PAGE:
Box 21, Folder 45, Document 26

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Box 21, Folder 45, Document 26

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Atlanta Traffic and Safety Council's
| Csotumrmselor

An Accredited Chapter of the National Safety Council

Vol. 6, No. 1

Atlanta, Georgia

January, 1967

Atlanta’s mayor and other top city officials have vowed
to cut the traffic death toll in half during 1967, after 1966
ended with an all-time high of 105 fatalities.

A report to the mayor, prepared by the Atlanta Traffic
and Safety Council and presented just before the end of
the year, summarized the traffic safety problems of the area
and outlined specific proposals for improvement.

An analysis of the types of traffic deaths which in-
creased in 1966 prompted a call for law enforcement em-
phasis in the types of violations leading to these deaths.
Atlanta police are concentrating on the offenses of driv-
ing under the influence, speeding, red-light and stop-sign

One of the main points of the report was the vital need
for efforts to restore the right to use radar speed timing
equipment to Atlanta area police. This requires legislative
action, however, and cannot be put into effect immediately.

The 1966 record of 105 traffic deaths in Atlanta ex-
ceeded the previous record, set in 1965, by 20, and 1965
had gone over 84 for the first time in 30 years.

Comparing Atlanta with the 31 major cities reporting
to the National Safety Council, only one city shows a worse
traffic death rate through November.

1966 vs 1965

"APAL ‘au

MAR MA a u

The 1966 trend continued a steady upward climb, ‘ending the year with 105 deaths, 20 more thon

the previous city traffic fatility record high.

Ottficials Wage War on Traffic Violators

Superintendent J. L. Moseley of the Atlanta Police Traffic Division points
to special instructions on the blackboord seen by police as they answer
daily roll call. Emphasis is being placed on violations which caused the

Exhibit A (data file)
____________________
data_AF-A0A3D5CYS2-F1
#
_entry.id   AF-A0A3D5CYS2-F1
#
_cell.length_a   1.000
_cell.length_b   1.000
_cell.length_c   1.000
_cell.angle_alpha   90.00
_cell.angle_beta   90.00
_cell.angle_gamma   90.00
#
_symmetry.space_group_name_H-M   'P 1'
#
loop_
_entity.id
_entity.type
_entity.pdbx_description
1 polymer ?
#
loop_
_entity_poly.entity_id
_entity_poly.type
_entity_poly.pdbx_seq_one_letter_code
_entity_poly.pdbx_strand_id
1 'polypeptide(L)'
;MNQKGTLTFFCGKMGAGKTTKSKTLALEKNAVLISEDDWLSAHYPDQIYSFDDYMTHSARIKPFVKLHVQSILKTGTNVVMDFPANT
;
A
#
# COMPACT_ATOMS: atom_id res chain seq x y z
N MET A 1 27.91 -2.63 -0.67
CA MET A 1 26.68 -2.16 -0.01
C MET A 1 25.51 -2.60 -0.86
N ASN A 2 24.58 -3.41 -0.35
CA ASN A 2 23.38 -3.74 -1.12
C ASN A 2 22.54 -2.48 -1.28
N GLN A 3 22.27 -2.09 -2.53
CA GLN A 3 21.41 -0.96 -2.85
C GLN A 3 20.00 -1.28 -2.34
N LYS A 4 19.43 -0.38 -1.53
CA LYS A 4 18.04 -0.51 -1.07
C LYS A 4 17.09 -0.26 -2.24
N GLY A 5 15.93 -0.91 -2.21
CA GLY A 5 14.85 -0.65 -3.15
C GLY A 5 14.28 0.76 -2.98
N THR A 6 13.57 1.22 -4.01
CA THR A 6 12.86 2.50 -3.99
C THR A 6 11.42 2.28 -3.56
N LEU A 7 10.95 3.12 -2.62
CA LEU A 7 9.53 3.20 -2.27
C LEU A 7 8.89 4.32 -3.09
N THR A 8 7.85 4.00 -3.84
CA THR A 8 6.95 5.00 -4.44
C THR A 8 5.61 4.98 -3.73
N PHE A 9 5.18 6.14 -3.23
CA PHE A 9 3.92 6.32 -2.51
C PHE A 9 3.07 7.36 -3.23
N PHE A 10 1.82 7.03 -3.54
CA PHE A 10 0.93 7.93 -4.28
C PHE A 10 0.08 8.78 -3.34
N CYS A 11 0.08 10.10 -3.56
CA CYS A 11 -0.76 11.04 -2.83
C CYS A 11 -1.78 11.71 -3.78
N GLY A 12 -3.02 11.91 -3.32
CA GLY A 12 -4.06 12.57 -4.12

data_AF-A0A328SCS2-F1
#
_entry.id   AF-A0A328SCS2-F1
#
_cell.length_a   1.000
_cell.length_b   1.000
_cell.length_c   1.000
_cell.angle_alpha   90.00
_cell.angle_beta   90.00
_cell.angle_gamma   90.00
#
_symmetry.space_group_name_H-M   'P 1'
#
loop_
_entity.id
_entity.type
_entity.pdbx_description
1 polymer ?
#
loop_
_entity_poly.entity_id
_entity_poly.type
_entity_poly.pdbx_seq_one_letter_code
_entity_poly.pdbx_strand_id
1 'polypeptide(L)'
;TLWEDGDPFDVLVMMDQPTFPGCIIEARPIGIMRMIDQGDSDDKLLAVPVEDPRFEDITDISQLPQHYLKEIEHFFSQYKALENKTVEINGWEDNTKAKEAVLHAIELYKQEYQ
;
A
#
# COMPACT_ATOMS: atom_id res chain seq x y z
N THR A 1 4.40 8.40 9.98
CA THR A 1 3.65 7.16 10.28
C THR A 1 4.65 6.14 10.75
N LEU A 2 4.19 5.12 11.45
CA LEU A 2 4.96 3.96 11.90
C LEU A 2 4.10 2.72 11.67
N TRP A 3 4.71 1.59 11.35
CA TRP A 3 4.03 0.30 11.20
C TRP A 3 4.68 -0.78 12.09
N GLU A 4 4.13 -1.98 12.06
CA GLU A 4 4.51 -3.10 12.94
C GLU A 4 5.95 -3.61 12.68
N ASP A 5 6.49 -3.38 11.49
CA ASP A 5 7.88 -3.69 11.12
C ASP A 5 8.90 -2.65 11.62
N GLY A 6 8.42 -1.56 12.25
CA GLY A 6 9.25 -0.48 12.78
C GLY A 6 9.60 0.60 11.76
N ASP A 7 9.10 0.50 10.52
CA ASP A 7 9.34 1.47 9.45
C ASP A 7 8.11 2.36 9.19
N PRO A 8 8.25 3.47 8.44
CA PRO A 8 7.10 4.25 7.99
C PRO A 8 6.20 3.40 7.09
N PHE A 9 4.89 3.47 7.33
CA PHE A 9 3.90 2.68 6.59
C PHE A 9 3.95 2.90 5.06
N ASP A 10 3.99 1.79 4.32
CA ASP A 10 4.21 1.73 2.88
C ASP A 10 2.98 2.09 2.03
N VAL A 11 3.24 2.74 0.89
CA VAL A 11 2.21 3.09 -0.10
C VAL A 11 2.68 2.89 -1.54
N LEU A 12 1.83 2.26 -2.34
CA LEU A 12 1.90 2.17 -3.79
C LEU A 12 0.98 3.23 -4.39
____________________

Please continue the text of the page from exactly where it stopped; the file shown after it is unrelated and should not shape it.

major increases in 1966 traffic deaths.

Charts and tables showing the 1966 problem areas and
a list of the key recommendations for improvement appear
elsewhere in this issue.

Metro-wide Efforts
Follow Atlanta Lead

Enforcement emphasis and other ef-
forts to reduce the traffic death toll in
the metropolitan Atlanta area will fol-
low the same pattern as those of the

The AT&SC “Report to the Mayor”
has been presented at meetings of
METROPOL, the organization com-
posed of police chiefs from the metro-
politan area, and MACLOG, the
Metropolitan Atlanta Council of Local
Governments. Copies of the report
have also been mailed to all area

The problems of the city and the
area are almost identical. Therefore,
both organizations have vowed all-out
campaigns along the lines announced
for the City of Atlanta in an effort to
stop the needless loss of lives.

All concerned agencies within the
metropolitan area are of the opinion
that only a uniform joint effort can be
GEORGIA TRAFFIC DEATHS - 1950 through 1966

Mayor Calls for Strong Action

Mayor Ivan Allen, Jr., (C) presides over meeting of officials concerned
with Atlanta’s traffic safety to receive Atlanta Traffic and Safety Council
recommendations for improvement. Others (I to r) seated ot the table
are Police Chief Herbert Jenkins, AT&SC President George Goodwin,
AT&SC Vice-Pres. Bill Wainwright (not seen), AT&SC Managing Director
Ed Hughes, and Police Superintendent J. L. Moseley.

Over 350,000 Population
11 Months Death Rate
1966 1966
1. Milwaukee . 53 1.9
2. Indianapolis . 56 1.9
3. Columbus ..... . 42 2.0
4. Pittsburgh . 42 2.1
5. Seattle, Wash. 0.000500. 71 2.3
6. Portland, Ore. ....ecccccesceneee 59 2.3
7. San Francisco .. 75 2.5
8. San Jose ... 45 2.5
9. Denver .... 75 2.6
10. Phoenix 71 2.8
11. Los Angeles jeiuindnaigiideainesiiseadrivesr SOD) 3.0
12. Washington, D. '€. 85 3.0
13. St. Louis groveenen 84 3.0
14. Philadelphia 17 3.1 “1950 $1 52 53 54 55 56 57 58 59 60 51 $2 63 68 63 65°
15. Cincinnati 67 3.1
16. - Louisville 60 3.1 Chart shows steady trend in state traffic death toll until 1962, when